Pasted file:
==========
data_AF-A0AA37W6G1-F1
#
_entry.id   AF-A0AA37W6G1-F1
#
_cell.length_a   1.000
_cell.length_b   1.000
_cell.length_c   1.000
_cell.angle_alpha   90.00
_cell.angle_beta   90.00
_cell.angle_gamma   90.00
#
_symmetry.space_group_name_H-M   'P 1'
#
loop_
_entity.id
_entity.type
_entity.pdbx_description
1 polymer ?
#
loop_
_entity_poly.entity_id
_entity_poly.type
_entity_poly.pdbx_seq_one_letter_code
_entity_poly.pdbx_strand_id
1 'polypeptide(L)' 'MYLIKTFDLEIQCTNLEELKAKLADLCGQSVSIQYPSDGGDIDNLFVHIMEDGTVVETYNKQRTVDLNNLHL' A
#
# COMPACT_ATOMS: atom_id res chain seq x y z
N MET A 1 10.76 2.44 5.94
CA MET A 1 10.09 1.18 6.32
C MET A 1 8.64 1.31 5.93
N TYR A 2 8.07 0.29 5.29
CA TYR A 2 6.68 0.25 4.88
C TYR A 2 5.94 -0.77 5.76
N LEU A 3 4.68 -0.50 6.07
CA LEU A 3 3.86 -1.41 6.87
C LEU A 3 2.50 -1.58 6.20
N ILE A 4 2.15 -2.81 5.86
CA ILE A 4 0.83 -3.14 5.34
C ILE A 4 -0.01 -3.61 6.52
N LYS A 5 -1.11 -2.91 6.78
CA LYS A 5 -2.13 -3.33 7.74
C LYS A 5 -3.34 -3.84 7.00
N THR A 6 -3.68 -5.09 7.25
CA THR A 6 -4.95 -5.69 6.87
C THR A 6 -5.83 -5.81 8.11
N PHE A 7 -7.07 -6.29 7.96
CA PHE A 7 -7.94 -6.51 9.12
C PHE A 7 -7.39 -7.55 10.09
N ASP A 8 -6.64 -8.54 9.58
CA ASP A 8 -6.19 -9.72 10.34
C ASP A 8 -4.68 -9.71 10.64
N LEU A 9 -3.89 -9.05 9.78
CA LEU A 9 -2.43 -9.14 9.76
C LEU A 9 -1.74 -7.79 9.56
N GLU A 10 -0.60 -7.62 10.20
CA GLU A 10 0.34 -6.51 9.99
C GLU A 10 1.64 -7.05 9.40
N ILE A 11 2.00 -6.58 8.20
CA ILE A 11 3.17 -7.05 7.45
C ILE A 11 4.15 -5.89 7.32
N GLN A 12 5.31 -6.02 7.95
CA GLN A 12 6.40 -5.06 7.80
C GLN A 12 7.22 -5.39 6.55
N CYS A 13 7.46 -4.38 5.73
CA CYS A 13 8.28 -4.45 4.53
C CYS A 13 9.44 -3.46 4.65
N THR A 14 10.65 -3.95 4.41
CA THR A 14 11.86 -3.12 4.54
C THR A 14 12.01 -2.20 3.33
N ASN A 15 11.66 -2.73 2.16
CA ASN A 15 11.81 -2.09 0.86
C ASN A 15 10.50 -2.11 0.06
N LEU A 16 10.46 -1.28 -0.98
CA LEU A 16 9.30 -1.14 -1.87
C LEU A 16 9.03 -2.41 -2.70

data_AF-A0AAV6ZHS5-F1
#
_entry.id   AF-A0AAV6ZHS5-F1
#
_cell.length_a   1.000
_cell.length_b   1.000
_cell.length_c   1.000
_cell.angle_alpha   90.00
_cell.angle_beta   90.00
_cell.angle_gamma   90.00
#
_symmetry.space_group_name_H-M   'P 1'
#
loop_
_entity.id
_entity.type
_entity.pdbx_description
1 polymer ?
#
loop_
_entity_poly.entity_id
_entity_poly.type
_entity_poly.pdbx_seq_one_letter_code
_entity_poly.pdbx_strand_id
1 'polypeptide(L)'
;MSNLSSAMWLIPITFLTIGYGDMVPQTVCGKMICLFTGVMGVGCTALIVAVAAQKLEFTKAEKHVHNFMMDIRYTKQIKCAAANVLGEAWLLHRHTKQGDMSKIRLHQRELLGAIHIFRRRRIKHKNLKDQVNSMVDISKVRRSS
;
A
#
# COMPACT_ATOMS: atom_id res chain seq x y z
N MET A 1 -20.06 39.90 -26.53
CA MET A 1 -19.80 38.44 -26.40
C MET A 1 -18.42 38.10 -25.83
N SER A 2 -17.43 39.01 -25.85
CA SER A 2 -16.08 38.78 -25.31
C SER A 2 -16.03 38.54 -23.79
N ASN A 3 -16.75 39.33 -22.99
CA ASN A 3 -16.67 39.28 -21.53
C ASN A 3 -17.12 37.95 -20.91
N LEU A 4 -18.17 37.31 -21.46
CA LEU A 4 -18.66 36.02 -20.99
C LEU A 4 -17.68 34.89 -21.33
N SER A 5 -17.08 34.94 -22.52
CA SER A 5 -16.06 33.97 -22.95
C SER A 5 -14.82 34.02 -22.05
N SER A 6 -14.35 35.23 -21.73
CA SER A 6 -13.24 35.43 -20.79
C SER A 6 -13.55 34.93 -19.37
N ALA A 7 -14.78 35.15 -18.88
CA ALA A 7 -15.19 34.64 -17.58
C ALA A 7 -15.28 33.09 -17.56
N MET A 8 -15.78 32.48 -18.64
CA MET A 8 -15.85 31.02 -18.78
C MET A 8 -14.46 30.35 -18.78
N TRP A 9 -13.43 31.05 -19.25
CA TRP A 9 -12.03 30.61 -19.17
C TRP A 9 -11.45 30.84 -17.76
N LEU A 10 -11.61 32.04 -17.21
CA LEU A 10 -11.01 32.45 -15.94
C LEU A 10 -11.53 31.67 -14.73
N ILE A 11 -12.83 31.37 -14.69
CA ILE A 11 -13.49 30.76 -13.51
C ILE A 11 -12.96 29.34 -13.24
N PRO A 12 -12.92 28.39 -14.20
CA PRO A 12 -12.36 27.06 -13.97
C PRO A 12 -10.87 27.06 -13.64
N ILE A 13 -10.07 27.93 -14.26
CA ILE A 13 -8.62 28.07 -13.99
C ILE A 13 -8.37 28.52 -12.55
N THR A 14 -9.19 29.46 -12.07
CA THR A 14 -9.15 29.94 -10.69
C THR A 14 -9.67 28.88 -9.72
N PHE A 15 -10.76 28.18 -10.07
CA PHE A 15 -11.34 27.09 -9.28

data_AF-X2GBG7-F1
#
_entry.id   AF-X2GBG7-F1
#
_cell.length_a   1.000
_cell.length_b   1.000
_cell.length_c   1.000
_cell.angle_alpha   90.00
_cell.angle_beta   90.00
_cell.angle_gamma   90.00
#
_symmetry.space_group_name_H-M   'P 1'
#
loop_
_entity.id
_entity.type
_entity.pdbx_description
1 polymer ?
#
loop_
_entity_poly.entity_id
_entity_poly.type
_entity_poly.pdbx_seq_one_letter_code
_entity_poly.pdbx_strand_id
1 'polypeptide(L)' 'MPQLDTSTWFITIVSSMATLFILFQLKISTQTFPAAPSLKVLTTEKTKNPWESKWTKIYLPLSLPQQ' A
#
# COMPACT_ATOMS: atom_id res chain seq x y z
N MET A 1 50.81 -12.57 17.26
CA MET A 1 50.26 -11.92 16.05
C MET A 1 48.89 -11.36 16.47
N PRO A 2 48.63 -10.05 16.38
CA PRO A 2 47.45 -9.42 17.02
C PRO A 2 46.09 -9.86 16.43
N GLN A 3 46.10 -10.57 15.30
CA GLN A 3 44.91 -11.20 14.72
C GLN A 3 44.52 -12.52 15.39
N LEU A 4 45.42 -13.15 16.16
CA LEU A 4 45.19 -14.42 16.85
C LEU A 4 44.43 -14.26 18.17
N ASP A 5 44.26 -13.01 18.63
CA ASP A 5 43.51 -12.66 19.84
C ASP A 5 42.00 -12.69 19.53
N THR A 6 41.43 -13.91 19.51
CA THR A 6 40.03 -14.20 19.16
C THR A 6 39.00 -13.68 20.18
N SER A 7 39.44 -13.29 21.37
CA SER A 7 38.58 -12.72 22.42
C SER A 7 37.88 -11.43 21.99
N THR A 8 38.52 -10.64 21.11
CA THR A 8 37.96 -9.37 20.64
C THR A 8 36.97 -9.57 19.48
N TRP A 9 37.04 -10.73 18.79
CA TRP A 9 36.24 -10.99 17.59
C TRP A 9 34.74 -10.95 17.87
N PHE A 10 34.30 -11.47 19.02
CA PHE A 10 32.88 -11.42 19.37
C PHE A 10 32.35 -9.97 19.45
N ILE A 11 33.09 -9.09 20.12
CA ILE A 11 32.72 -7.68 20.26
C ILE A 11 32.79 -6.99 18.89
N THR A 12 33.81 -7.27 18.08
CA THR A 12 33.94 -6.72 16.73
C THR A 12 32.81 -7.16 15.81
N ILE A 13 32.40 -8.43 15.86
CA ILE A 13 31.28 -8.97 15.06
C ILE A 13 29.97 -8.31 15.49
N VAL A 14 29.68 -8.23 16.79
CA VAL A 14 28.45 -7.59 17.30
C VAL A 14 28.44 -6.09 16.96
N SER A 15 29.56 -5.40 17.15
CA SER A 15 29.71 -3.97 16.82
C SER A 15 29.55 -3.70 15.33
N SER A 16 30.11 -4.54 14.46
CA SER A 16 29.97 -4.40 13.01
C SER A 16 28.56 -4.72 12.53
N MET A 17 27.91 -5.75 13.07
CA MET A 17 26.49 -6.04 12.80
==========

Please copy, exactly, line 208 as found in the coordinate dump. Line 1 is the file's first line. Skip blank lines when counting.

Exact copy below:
CA ILE A 11 32.72 -7.68 20.26